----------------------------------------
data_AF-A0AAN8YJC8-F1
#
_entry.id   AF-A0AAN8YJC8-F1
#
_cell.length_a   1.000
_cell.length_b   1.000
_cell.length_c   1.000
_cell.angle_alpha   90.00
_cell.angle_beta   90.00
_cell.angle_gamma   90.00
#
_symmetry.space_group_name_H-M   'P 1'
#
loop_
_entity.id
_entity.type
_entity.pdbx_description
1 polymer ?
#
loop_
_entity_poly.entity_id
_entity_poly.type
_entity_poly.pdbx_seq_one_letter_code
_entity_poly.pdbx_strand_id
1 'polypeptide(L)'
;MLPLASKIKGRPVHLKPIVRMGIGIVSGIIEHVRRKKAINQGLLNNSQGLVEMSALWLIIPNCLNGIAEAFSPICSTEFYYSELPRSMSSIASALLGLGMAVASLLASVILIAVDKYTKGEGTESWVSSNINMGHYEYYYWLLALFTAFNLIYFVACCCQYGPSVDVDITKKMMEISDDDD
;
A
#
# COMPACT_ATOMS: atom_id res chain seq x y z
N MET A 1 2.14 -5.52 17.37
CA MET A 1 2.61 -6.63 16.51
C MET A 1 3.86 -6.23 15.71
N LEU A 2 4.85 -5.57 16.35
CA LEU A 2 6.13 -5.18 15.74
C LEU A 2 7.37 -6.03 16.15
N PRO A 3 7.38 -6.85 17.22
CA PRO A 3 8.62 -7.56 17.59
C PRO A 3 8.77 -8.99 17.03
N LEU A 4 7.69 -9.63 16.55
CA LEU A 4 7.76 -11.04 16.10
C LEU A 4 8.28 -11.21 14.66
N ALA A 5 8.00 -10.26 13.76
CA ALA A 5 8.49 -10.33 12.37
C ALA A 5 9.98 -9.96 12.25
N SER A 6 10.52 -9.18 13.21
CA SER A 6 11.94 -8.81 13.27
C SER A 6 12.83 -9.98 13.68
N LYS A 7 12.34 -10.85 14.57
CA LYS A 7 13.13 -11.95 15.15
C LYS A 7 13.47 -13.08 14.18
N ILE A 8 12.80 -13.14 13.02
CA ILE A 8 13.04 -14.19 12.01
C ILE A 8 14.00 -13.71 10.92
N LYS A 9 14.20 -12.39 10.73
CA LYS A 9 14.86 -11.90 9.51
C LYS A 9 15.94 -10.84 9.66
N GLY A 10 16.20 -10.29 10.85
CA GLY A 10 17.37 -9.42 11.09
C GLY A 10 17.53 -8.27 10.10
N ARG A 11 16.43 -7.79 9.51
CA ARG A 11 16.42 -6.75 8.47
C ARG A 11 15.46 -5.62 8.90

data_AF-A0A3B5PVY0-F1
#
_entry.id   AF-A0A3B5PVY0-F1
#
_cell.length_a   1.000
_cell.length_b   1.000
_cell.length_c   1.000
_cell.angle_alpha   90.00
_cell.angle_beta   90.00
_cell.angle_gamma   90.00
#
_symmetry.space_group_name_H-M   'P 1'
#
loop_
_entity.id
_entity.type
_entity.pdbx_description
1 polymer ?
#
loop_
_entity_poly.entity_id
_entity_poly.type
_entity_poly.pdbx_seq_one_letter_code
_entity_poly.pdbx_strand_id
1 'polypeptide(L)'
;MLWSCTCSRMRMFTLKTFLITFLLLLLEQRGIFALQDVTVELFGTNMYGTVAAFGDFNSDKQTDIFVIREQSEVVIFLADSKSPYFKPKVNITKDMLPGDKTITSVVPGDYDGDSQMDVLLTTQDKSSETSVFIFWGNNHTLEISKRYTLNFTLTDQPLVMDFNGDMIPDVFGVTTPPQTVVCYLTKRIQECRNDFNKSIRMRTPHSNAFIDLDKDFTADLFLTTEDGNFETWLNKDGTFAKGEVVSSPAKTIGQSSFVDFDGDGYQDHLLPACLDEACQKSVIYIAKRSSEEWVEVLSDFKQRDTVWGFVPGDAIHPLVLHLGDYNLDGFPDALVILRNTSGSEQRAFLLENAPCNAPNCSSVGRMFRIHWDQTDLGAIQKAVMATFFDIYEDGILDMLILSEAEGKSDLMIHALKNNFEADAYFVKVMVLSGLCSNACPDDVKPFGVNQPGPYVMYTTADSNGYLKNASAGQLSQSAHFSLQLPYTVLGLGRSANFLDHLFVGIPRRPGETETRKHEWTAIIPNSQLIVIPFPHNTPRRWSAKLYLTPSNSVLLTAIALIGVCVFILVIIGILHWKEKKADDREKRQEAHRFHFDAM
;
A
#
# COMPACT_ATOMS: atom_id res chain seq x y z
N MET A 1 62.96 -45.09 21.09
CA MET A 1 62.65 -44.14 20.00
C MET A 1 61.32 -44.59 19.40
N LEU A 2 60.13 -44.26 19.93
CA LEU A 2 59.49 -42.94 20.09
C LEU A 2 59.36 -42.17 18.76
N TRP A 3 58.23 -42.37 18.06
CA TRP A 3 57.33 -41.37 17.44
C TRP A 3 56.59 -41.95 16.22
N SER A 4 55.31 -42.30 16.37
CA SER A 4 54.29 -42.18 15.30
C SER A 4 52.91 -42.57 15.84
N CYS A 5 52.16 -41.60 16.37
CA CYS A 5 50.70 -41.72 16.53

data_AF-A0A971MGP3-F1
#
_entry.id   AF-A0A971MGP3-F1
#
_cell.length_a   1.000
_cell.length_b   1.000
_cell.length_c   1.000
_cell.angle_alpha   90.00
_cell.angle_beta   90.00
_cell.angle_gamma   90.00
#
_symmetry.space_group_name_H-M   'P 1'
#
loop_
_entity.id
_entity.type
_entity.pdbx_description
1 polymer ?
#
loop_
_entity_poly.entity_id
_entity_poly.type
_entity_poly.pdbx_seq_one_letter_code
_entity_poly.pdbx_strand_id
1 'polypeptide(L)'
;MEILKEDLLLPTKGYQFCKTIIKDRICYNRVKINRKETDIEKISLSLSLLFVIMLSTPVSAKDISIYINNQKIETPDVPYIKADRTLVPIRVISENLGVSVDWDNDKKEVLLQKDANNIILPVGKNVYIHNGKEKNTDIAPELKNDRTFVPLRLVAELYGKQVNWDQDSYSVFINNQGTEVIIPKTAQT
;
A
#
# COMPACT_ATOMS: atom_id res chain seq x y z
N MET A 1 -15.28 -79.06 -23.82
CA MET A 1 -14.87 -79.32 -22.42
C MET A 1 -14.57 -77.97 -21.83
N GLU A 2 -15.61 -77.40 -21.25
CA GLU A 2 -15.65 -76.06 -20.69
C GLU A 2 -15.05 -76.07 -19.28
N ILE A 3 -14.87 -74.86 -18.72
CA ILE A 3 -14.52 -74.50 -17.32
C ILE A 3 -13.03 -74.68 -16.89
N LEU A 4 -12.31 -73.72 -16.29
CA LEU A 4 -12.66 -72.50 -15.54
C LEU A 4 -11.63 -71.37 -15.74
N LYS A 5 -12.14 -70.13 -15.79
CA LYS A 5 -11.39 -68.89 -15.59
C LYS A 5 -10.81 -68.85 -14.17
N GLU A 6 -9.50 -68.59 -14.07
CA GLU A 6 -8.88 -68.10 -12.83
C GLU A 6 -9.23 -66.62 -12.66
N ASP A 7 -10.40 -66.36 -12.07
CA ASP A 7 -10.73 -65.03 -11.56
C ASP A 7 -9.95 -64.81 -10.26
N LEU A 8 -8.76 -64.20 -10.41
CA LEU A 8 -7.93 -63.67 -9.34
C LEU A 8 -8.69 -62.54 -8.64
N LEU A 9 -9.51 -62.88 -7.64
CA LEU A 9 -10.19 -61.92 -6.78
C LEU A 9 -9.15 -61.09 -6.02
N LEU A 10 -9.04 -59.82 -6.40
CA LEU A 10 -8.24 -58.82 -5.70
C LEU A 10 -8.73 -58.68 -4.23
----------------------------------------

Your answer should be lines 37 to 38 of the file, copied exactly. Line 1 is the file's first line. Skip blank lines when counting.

N PRO A 3 7.38 -6.85 17.22
CA PRO A 3 8.62 -7.56 17.59